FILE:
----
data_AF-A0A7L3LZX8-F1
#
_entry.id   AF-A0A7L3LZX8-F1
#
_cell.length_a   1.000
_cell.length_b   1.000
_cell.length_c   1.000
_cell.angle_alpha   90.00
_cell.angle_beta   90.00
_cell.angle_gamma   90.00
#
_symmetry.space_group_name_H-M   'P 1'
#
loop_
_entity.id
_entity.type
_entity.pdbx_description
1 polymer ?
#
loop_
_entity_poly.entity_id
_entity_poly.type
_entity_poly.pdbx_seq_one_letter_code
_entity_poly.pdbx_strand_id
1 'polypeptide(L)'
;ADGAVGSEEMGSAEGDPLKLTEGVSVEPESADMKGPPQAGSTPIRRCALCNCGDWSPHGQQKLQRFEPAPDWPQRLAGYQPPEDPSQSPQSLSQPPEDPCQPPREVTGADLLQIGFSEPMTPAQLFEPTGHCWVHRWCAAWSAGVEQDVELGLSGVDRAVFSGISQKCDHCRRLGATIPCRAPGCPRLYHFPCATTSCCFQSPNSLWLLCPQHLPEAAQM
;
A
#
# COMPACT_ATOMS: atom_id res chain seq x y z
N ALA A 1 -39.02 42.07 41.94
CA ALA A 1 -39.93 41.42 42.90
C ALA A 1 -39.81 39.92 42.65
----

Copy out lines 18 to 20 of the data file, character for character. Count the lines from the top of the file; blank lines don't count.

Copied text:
1 polymer ?
#
loop_